Hi: Chandler is a gentleman in our neighborhood. He is a nice guy but he has issues. After your story, he saw that he was in your paper and he did not remember talking to you at all. Poor Chandler was so upset Saturday night that he paced in front of my business all night trying to figure out what had happened to him and why his picture was in the Houston Press. We tried to help explain, but to no avail. I know you meant no harm in writing this article, but I felt it iportant to pass this sad situation on to you.

John Nova Lomax
John Nova Lomax

Aw man, that's too bad. I'll try to go up there and see if he remembers me.

Sralph
Sralph

John, thanks. I have seen him the last day or so and he appears better. Perhaps his episode has passed over him. It was just sad to see him Sat night so distressed and really no way to help him.

Pat Hartman
Pat Hartman

It's a much-needed reminder that these are real people we're dealing with, not extras from Central Casting. Just as interview subjects tend to go off on tangents, a writer could go off on a large number of tangents from the information presented here. For instance, when a trained electrician with 18 years experience can't find work, something is seriously amiss.

It's obvious that some folks on the streets are seriously out of touch with reality. Even if housing can be found or created for them, that is not quite enough. They need structure, and someone on the premises to monitor them and look out for their neighbors, too. Mainstreaming the mentally ill is a nice ideal, but society needs to take responsibility somehow for people who can't be responsible for themselves. And this needs to be done without trampling on their rights, or the rights of anyone else. Just this morning a friend wrote, "My experiences in senior low-income housing have been so horrific as to leave me actually contemplating storing my things and sleeping at a shelter. I have never felt less safe in all of my life and to my amazement I fear the women here every bit as much as the men. My apartment itself is a delight, but what lies outside my front door is the stuff of nightmares… The reason for my fear is 100% based on the high ratio of mentally ill inmates...I mean tenants!"

Thanks for a very illuminating look at some lives.

Pat HartmanNews Editor, House the Homeless

Zan
Zan

I forgot to add that my favorite story was that of Mr. Temple, the gentleman who used a good portion of his disability check to help his daughter pay for her cap and gown. I can see the pride in his eyes for her, and yes, Mr. Temple, I think that she is proud of you, too. You did a lot more for her with that $400 than most men in better situations do for their children. I'd be proud of you if you were my dad.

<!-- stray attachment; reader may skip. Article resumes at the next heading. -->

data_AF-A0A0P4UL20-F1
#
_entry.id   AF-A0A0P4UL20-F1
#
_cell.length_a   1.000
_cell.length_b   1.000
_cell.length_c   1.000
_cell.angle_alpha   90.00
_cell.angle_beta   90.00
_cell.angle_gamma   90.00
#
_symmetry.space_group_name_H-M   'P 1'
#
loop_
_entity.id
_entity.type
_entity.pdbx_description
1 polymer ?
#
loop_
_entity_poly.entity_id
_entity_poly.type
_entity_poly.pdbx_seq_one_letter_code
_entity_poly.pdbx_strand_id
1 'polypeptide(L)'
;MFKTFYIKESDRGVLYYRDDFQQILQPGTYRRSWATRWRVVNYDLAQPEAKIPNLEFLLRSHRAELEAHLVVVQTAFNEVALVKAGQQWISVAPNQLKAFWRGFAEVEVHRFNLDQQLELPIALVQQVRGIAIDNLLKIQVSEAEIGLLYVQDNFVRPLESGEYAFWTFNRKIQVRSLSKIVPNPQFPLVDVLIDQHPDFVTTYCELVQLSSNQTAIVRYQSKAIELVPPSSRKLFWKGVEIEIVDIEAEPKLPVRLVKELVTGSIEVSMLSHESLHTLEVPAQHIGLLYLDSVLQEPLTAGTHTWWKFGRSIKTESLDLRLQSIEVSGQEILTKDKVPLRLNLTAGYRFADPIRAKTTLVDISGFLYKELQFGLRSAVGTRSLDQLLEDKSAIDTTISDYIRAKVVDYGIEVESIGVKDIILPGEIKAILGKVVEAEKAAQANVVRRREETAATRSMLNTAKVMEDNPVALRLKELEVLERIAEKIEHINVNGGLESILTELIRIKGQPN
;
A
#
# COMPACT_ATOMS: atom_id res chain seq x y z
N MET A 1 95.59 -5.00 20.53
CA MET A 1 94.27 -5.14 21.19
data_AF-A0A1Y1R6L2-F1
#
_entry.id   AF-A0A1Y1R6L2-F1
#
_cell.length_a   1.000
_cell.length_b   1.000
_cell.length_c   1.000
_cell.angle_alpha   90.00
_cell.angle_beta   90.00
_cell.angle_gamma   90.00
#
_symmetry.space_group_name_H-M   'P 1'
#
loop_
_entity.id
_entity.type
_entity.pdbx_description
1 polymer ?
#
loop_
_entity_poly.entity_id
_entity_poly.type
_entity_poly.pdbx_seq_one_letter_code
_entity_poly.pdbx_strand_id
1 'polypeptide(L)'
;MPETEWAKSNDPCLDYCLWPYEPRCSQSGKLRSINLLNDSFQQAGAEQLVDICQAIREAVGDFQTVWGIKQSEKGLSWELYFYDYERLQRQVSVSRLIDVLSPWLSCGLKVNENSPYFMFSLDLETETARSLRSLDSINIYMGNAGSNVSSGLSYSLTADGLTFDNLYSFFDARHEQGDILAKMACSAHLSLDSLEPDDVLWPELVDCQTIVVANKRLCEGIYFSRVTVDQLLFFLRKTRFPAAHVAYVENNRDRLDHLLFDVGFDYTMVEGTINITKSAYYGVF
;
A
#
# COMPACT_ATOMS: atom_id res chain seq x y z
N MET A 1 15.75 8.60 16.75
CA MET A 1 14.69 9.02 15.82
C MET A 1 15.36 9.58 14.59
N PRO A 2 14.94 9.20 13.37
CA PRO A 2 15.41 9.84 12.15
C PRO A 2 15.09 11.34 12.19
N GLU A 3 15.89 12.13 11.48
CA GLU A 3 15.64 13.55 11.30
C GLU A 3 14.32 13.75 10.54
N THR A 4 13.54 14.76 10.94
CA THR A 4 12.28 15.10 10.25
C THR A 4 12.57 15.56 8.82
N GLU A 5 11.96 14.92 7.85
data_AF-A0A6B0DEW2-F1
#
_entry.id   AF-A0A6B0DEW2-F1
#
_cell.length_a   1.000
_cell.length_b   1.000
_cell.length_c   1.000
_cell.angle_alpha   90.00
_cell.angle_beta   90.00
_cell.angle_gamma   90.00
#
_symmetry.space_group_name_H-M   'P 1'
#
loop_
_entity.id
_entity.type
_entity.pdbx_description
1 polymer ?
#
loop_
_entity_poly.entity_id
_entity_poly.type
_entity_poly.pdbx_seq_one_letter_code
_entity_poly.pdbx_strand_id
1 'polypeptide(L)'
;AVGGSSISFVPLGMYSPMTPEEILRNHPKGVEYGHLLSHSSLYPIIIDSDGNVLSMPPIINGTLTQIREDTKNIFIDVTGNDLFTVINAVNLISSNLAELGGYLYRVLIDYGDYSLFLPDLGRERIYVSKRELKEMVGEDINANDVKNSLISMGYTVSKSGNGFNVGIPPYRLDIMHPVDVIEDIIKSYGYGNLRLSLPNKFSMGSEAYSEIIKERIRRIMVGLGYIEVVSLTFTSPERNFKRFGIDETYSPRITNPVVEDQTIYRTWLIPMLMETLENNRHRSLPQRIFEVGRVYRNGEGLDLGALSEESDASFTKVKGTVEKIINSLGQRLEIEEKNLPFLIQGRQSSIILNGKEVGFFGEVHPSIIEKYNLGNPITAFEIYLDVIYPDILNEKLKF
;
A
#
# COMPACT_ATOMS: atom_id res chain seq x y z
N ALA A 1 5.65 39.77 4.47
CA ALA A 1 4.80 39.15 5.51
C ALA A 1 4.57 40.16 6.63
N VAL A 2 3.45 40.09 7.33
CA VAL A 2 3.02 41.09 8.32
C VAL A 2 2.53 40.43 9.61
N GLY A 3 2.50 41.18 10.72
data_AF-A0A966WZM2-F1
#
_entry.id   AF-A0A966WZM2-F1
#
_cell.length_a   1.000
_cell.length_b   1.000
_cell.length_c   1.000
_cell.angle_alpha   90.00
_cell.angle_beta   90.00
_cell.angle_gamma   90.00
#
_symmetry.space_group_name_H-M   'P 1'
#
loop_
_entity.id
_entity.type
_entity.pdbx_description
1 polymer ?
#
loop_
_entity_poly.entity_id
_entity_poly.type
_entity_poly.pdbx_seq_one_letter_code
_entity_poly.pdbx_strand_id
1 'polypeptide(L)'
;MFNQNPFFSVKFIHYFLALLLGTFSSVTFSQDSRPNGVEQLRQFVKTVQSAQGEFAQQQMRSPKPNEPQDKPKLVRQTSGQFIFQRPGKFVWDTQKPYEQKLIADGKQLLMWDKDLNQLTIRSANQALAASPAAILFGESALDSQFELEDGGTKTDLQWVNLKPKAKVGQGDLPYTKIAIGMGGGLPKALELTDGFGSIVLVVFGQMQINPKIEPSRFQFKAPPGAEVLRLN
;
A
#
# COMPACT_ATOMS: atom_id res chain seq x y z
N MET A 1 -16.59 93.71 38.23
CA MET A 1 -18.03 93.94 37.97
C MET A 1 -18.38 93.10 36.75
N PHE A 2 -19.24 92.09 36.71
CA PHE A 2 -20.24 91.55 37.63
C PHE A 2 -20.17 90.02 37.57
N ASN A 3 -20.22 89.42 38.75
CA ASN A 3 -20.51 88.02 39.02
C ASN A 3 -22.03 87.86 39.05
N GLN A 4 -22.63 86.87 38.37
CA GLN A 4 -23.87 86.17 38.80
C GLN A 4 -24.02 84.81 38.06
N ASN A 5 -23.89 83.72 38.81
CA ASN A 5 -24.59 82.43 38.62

Zan
Zan

Thank you for this. Stories like these remind me that our material possession don't mean crap and it is true that you don't necessarily have to be an alcoholic or a drug addict to be homeless; homeless people come from all walks of life. Lord knows that a lot of us are one paycheck away from being where they are. Not one of these people complained about anything, even though they had the platform to do so. Lord forgive me when I whine.

Creg
Creg

Really Real, if that is your real name.... Psalm 23 is not in your Gideon's New Testament.

John Nova Lomax
John Nova Lomax

@Ash: My mom died in the streets of Nashville in 1998. Like you, I know all too well that the homeless can come from anywhere, even your own home.

ash
ash

my uncle died a homeless man. before that he was a husband, father and my dad by default (after my parents divorced). he would take us camping and sit outside with us and watch us play. the girls were never allowed to wimp out of anything the boys were capable of and he made us try weird foods and contributed to my love of classic rock. he was an extraordinary man. i never turn a deaf ear or a blind eye to a homeless person, they're people too...

Michelle O
Michelle O

@Anon, your feelings called and said you're retarded.

TJ
TJ

Great story!

antiM
antiM

thanks for doing this story!

Christine
Christine

What a great story! Thanks for opening a window for us to see into their lives.

Anonymous
Anonymous

Please don't use the term "deaf-mute" to describe someone who is deaf or hard-of -hearing. Most deaf people are not mute, they are quite capable of making sounds. This term rates with other ignorant descriptive terms such as "Colored" or "Jewess" or "Spic". Thank you so much.

Gary Packwood
Gary Packwood

Anonymous...The smiling lady in this article was a deaf mute. She self identified as a deaf person who choose not to speak with her voice.

Attempts at being political correct almost always results in harm...which is itself ignorant.::GP

Anonymous
Anonymous

Gary, if she CHOSE not to speak with her voice she is not mute. It isn't about being PC so much as it is in being just plain correct. Mute means unable to speak or make sounds. Mute people do not choose to be mute. And not to put too fine a point on this, would you choose to call people colored? Or use any other "politically incorrect" term? I doubt it. You could at least show the Deaf community the same respect. And if you don't know Sign Language, or could she "self identify" to you? And, again honing the point a bit too fine for someone like you, if you had any experience in the Deaf community you would know its an offensive term, as well as an inaccurate one.

Being obtuse usually results in harm, which is in itself ignorant. And willful ignorance in light of available evidence to the contrary is the worst of all. Or is the best defense a good offense? In that case, points to you. Many many points.

MT

 
Houston Concert Tickets
Loading...